In the past year, the United Kingdom has thrown up two shows that have given us a good sense of where things are at with reality television and, by extension, probably with the world as a whole.

The first show, Eden, was an idealistic exercise in hope - an attempt to gather a bunch of people with all the collective skills and tools needed to create a self-sufficient community in a remote, resource-rich location, to see if they could create a blooming utopia in the face of a world riddled with leaders of ignorance and incompetence.

The second, Love Island, was an idealistic exercise in sexy times - an attempt to have as many spectacularly in-shape, near-nude people get it on with each other as as possible, while plotting to also get it on with people who are not the ones they're currently getting it on with.

Eden, a heavily marketed show on Britain's C4 channel with a rumoured budget of 15 million, was scheduled to run for four mini-seasons, spread across the year that the show's inhabitants were supposed to spend in their new society. Its first mini season opened with nearly two million viewers: within four nights that number had nearly halved.

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Most of the show's participants left before the year was up, and the remaining scheduled mini-seasons never aired. There was eventually a final five-show series called Eden: Paradise Lost documenting the absolute societal disintegration that went on. That series started with just 900,000 viewers, and got worse from there.

Love Island's third season hit screens this year, after its previous had two seasons disappeared largely without trace - the first season had ended with just under half a million viewers and though its second series rated better, it lost viewers at the end, when it should have been hitting its peak. The third season, by contrast, started with nearly two million viewers, ended with nearly three million, and captured the attention of the UK in a way no reality series has done for a long time.

Here, TVNZ picked the show up for its on demand platform, where it went ballistic, watched, probably, by every millennial in the country, became the platform's second most-watched show, behind only Shortland Street, and was rushed on to broadcast TV for nightly screenings. It was an instant, unanticipated hit.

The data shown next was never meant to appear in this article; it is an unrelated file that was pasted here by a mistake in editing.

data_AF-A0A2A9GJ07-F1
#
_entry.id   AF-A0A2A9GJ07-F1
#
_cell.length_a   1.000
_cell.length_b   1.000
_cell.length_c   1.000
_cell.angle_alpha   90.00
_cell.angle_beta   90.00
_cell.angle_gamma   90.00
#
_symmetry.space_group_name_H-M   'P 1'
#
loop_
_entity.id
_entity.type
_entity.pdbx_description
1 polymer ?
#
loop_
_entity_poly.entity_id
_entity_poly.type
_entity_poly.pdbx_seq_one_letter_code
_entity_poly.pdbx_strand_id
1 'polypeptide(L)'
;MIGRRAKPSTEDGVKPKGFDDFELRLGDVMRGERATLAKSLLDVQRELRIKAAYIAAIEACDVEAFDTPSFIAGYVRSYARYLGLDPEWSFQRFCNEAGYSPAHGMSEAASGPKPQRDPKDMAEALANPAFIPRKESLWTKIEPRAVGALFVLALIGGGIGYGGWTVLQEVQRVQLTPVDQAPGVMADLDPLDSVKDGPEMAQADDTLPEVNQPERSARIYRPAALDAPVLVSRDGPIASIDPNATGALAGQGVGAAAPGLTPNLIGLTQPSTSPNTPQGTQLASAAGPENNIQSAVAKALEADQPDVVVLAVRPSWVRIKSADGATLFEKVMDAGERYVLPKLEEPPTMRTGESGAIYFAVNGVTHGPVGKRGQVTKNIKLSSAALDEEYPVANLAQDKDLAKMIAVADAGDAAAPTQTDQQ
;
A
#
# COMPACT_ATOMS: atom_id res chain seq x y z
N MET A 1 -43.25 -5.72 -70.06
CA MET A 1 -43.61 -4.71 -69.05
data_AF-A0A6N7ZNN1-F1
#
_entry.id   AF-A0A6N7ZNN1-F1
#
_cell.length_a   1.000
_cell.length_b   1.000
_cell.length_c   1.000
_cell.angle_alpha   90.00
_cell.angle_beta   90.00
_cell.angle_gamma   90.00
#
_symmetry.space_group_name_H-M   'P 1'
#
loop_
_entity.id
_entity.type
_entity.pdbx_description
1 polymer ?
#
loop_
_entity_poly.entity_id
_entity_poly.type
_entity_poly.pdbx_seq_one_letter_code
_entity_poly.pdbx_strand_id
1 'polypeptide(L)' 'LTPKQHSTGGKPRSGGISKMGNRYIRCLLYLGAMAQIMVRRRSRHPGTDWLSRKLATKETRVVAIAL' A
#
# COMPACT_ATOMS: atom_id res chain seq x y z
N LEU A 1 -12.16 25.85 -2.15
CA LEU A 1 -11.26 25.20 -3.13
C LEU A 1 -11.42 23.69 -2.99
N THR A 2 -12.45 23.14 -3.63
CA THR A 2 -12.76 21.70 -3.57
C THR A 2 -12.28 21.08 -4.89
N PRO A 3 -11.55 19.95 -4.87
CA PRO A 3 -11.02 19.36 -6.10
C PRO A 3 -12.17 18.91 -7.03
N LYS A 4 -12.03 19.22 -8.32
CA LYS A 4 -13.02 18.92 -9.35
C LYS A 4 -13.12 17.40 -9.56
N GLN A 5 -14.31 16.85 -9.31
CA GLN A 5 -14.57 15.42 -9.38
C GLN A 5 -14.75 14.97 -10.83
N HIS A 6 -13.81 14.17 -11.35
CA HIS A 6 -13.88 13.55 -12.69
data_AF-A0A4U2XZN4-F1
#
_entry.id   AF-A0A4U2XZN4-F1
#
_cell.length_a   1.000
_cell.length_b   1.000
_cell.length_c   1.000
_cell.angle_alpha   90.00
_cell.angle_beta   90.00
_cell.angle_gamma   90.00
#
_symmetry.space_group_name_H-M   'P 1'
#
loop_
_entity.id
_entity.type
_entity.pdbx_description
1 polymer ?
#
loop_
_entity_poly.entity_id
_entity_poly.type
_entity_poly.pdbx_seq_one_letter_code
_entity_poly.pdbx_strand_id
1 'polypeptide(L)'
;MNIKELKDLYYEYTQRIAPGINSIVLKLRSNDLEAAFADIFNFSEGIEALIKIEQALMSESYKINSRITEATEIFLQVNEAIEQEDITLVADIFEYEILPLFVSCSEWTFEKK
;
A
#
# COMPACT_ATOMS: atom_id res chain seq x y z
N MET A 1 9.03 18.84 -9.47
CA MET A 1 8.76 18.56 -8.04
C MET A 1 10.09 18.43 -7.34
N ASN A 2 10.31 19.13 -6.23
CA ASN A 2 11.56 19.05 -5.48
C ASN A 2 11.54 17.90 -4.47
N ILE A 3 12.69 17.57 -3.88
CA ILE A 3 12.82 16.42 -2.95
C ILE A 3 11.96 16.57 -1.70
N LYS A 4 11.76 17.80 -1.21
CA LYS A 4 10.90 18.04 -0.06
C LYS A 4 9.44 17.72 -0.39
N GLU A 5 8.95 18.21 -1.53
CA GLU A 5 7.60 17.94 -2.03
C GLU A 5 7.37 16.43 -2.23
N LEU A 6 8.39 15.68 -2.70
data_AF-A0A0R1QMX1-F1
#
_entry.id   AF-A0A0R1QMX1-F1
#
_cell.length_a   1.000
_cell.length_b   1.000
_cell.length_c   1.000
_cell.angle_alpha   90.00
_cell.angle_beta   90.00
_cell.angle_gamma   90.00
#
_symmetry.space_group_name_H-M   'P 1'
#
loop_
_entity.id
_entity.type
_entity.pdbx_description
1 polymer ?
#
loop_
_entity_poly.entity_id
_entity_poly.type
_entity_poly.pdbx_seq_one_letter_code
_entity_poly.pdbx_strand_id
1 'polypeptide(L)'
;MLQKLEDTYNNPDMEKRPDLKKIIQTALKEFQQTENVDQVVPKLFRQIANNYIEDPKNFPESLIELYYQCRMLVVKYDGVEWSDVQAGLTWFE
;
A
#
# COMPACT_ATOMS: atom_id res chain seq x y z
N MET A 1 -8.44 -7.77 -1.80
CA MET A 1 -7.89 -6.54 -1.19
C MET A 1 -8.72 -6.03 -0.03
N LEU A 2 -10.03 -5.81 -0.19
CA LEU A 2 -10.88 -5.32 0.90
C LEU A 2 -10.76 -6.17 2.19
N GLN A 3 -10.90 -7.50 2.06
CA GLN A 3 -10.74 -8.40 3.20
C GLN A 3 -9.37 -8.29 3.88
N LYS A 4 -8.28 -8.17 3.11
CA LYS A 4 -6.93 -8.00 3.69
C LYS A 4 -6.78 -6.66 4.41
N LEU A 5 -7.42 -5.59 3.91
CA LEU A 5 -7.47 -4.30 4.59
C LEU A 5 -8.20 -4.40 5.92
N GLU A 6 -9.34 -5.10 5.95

Nobody in New Zealand will ever have the opportunity to watch Eden.

The first big reality shows of the modern era were Big Brother and Survivor, which were not sexy shows. They were followed by the similarly non-sexy talent shows Idol, X Factor, Got Talent, The Voice and Dancing With the Stars.

Most of those shows are still around and mostly still dominant in the ratings, but bubbling up beneath them is this steady creep of shows with sex and nudity and putting couples under pressure to find on-screen love and sex, or to dramatically and telegenically blow apart in the quest.

We have always had a taste for naughty TV, but we have mostly dressed it up in a veil of moral decency - The Bachelor trades on its sexy bits but at least tries to look like it's about love and happy long-term relationships while routinely sending hot singles to remote, over-water bures laden with opulent bedding and cameras, where the only viable leisure activity is intercourse.

University of Auckland associate professor Misha Kavka has written multiple books on reality television and describes the current wave of love and dating and sexy island reality television as the second wave, following the first wave of 2002-03, predominantly from the US, which spawned The Bachelor, and a series of other "strangers get married", which mostly disappeared without trace.

This new wave began with the 2013 show Sex Box, a show in which couples were told to have sex in a sealed box on stage, and were then brought out to talk about their sex lives on camera. "This was to do with how transgressive can we be in terms of bringing the sex on television, getting sex on air," Kavka says.

It turns out we can be very transgressive. Sky has screened one reality show called Dating Naked, in which people go on dates fully naked and another called Naked and Afraid, where two strangers, a man and a woman, are sent naked into the jungle.

"And that's just the stuff that's on your basic subscription package," Kavka says. "Then there's the stuff that's behind paywalls. Most of that is American, and it's more than softcore pornographic."

Let's not get carried away and think that this sexy stuff is taking over though. The old favourites are mostly also the new favourites. We still adore The Block more than almost any other reality show, or at least we did until the just-finished sixth series when we seemed to finally agree with what we'd been saying to ourselves for at least the past five years that our property prices are complete bullshit.

But there's definitely been a shift in the extent and intensity of naughty things we're happy to watch, or at least willing to tolerate.

The reason is not really a mystery - it's almost certainly the increased prevalence and availability of internet porn, nude selfies, dick pics on social media and so on. But just cause that's where we're at now, doesn't mean it's where we'll always be.

"It's possible," Kavka says, "that five years from now people will look back and go oh my God, everybody lost their moral compass, it's a good thing we put some clothes on."

Could the triumph of Love Island over Eden suggest we are in the televisual end times?

Yes, possibly, but then again, haven't we always been more interested in sudden, impulsive sex with attractive strangers than difficult, long-term attempts at creating harmonious, self-sustaining communities?